Local unions push for policies extending expired FFCRA leave for quarantined educators

Educators are afraid they will be forced to use their sick leave—or not get paid if their leave is exhausted—when being forced to quarantine with a Covid-19 infection or close contact with someone infected.

The Families First Coronavirus Response Act (FFCRA) passed by Congress last spring offered some protection for employees by requiring most employers to provide up to 80 hours paid sick leave and expanded family and medical leave to use in those situations. However, the act—which funded the additional leave—expired on December 31, and Congress did not renew these provisions in the Consolidated Appropriations Act (the new stimulus package). The new law does provide some added leave provisions through March for private employers, but none for public employers like school districts.

Where does that leave you? And what if you face a situation with multiple required quarantines? Texas AFT believes districts need to step up and pass local policies that provide at least 80 hours (two regular weeks) of pay if employees are required to quarantine and can’t work remotely. If our country, state, and local districts are going to force school employees back on campuses—in many instances when it’s not safe to be there—then the public employer needs to be responsible for at least making sure they are paid when quarantining.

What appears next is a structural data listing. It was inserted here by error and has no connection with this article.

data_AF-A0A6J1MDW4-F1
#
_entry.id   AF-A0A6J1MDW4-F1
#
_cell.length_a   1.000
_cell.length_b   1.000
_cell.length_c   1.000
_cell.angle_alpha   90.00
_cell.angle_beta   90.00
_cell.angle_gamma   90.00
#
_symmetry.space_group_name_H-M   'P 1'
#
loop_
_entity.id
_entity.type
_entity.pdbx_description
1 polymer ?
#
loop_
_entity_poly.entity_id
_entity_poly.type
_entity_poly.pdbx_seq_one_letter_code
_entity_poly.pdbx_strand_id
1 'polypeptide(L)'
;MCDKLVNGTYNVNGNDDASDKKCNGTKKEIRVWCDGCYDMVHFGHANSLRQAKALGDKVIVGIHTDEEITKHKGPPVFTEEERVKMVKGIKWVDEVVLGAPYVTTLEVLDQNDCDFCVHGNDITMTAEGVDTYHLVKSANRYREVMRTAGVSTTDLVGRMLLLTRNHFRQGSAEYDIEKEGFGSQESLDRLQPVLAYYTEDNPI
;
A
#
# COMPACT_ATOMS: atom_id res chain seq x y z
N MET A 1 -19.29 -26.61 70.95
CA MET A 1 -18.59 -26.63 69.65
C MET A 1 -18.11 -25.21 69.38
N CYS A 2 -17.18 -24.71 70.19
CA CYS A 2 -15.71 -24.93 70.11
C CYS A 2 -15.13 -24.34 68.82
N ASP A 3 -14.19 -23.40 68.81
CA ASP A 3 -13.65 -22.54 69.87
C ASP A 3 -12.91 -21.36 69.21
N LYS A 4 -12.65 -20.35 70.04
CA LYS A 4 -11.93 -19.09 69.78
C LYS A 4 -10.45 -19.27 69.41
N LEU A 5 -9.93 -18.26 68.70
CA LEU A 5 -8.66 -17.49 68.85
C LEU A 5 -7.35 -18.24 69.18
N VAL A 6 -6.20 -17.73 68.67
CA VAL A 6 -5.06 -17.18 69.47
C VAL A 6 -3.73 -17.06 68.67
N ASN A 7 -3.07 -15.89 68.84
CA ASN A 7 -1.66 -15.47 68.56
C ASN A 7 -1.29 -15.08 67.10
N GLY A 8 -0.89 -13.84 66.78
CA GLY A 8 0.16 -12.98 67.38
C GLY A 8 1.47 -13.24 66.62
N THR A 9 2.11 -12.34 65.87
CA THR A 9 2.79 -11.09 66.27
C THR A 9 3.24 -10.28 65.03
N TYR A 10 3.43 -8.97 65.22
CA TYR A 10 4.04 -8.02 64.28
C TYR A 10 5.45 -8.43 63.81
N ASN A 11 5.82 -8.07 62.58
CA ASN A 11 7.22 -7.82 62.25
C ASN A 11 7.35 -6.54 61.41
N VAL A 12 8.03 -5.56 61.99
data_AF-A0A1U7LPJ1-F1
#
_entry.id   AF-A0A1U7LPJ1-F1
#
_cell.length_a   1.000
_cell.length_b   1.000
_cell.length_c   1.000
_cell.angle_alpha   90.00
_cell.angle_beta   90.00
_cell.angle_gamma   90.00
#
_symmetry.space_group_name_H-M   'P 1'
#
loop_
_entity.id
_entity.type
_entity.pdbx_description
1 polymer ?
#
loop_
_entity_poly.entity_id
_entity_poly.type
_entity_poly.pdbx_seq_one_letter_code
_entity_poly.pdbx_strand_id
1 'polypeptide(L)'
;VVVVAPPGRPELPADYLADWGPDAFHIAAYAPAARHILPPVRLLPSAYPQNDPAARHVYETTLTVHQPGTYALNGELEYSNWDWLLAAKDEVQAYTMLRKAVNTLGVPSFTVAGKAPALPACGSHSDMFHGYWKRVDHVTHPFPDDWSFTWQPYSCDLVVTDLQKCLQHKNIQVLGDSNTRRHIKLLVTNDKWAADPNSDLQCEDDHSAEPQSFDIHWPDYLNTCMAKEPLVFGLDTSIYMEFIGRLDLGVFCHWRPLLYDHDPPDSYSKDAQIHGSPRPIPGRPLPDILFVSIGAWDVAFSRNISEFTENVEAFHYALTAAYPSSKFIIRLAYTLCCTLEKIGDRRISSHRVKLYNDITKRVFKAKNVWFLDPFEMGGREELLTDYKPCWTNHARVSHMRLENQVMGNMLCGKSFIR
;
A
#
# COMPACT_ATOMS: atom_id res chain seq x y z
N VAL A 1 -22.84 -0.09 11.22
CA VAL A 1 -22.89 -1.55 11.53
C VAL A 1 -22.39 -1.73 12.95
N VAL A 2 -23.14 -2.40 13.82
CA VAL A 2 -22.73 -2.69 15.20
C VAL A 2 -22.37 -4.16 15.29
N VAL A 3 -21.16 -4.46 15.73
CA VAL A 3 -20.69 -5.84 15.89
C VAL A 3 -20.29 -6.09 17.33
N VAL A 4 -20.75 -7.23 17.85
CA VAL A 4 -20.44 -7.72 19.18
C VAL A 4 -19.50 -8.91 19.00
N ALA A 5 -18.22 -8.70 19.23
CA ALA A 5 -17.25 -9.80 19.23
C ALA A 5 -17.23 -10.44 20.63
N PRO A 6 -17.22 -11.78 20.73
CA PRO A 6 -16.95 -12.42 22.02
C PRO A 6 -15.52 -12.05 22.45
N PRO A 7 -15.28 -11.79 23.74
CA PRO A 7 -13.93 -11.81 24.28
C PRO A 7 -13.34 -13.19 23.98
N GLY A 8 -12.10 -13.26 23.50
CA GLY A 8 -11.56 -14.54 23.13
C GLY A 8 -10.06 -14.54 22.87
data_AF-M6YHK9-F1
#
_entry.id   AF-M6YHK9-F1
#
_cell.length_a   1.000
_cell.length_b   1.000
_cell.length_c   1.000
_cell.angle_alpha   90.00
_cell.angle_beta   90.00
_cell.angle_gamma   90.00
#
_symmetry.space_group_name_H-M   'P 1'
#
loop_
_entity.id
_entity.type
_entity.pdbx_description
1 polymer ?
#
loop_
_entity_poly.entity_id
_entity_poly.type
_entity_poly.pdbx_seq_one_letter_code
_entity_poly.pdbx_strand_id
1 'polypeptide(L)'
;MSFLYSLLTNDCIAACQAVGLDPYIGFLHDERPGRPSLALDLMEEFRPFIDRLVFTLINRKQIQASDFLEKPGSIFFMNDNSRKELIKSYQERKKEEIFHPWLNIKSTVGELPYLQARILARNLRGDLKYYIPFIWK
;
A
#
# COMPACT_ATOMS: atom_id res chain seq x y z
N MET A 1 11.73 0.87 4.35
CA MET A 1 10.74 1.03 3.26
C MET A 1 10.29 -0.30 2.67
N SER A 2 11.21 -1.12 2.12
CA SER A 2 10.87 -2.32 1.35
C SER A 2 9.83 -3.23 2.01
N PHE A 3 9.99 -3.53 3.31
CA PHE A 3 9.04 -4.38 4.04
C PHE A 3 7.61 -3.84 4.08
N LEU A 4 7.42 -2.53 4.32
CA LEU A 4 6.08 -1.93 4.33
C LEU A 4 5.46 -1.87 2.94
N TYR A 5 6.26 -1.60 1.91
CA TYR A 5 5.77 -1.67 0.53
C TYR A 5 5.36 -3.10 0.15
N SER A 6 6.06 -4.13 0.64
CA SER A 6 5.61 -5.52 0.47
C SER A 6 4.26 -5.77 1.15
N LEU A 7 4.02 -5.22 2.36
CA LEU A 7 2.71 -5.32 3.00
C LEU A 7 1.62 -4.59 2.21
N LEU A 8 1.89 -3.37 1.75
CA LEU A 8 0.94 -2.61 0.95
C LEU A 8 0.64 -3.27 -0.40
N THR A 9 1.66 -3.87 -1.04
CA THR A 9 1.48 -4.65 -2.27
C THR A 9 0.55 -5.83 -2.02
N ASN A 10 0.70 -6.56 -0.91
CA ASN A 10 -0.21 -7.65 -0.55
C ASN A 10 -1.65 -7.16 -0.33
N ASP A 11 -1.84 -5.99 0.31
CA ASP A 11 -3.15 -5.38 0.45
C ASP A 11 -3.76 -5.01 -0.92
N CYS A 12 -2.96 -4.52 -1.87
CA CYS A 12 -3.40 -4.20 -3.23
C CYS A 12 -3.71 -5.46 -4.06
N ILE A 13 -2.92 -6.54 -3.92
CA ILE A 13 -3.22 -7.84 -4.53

Many districts have already passed local policies extending the 80 hours of leave, and our local unions in other districts like Cy-Fair have successfully pushed for the passage of policies. (Other policies in districts with our local unions are on board agendas for this month.)

But not all districts are taking this step for a local policy. That’s why we’re equipping you with a simple template policy and letter to send to your administration and school board members urging them to do the right thing. Please note that, yes, districts will have to find funds to pay for leave. However, although not guaranteed, there are indications that the new Biden administration may push through local funding for these provisions.